Queensland’s fiscal performance has slumped, but we’re still doing fine

As was made clear when the Queensland Government lost its AAA credit rating in early 2009, our Government’s financial circumstances have deteriorated somewhat in recent years. A new report from the Centre for Independent Studies (CIS), a conservative though non-partisan think tank, has identified Queensland as the Australian state with the biggest decline in fiscal performance over the last three years:

Tax, Borrow, Spend: How the States Compare

The Courier-Mail’s coverage, including Treasurer Andrew Fraser’s criticisms of the report’s methodology, is here:

Queensland ‘worst economic performer’ of states – study

While the Treasurer makes some good points, the CIS report is broadly correct. Queensland did after all lose its AAA credit rating, and we joined Tasmania in the league of States with only AA+ credit ratings. That said, we are still in a very good position compared with governments across the world – e.g. Ireland and other EU nations that have received bailouts, and several cash-strapped US states (e.g. Indiana and Michigan), which would likely declare bankruptcy were they private sector businesses.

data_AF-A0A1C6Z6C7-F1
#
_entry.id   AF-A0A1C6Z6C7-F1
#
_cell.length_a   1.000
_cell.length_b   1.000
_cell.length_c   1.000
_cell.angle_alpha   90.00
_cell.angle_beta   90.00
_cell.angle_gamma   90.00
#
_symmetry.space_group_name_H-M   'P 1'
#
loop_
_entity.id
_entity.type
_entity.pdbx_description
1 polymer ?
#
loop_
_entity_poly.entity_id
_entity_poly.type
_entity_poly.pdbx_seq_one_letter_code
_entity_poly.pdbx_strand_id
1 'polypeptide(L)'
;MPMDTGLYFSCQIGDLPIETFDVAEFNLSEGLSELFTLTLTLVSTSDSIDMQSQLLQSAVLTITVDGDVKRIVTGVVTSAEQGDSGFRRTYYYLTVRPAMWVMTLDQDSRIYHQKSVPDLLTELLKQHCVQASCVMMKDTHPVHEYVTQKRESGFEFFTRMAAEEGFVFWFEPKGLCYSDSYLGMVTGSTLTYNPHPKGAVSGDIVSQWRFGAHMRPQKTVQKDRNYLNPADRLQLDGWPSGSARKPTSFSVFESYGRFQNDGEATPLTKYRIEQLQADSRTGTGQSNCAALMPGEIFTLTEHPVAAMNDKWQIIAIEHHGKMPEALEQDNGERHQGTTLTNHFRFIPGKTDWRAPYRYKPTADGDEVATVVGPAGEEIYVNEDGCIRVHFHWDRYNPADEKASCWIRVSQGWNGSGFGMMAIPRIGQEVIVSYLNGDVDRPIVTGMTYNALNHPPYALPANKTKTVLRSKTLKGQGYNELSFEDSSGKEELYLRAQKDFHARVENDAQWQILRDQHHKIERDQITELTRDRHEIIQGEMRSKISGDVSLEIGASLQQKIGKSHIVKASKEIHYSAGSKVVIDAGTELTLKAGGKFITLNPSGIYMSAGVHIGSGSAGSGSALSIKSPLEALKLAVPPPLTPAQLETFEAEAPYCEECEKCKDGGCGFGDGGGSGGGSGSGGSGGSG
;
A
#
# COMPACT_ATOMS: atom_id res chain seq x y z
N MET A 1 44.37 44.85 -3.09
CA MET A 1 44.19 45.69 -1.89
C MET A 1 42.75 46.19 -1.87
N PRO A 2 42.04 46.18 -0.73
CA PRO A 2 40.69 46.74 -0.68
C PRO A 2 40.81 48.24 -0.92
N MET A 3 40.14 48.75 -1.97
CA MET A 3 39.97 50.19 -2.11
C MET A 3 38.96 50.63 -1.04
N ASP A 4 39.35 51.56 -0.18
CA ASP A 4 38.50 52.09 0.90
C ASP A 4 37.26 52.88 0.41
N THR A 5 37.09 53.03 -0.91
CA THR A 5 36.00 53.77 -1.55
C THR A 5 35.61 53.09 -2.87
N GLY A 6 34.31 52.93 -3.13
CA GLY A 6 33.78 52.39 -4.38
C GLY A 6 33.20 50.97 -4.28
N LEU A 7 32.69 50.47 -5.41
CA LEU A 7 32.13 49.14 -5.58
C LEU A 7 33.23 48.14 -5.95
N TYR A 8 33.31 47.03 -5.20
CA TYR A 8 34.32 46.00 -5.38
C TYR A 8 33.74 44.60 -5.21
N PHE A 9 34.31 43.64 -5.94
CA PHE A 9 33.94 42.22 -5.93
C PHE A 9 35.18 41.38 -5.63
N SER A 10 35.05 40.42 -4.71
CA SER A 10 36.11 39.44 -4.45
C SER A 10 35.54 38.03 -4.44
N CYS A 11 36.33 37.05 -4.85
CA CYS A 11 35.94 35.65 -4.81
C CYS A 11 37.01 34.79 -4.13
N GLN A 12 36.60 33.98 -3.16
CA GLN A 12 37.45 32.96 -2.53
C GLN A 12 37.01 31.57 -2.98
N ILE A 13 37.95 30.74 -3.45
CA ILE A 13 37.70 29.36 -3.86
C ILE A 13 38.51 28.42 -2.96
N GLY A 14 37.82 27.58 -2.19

As the CIS report notes:

Broadly speaking, none of the Australian states is in poor financial condition. They all have the prized triple-A credit rating except Queensland and Tasmania, and even their rating of AA+ would be the envy of many comparable sub-national governments in other countries such as the United States.

Also, when reading the CIS report, it’s worth keeping in mind that our stellar fiscal performance from the 1990s to mid 2000s was partly due to us under-spending on infrastructure, which made it difficult for us to cope with our large and sustained population growth. Over the last few years, we have had to undertake a large amount of catch up investment on roads, tunnels, pipelines and other pieces of infrastructure that are essential for Queensland’s burgeoning population.

On the dire fiscal circumstances of US states, see the Economist article:

State budgets: On their own

This entry was posted in Budget, Infrastructure, Population. Bookmark the permalink.

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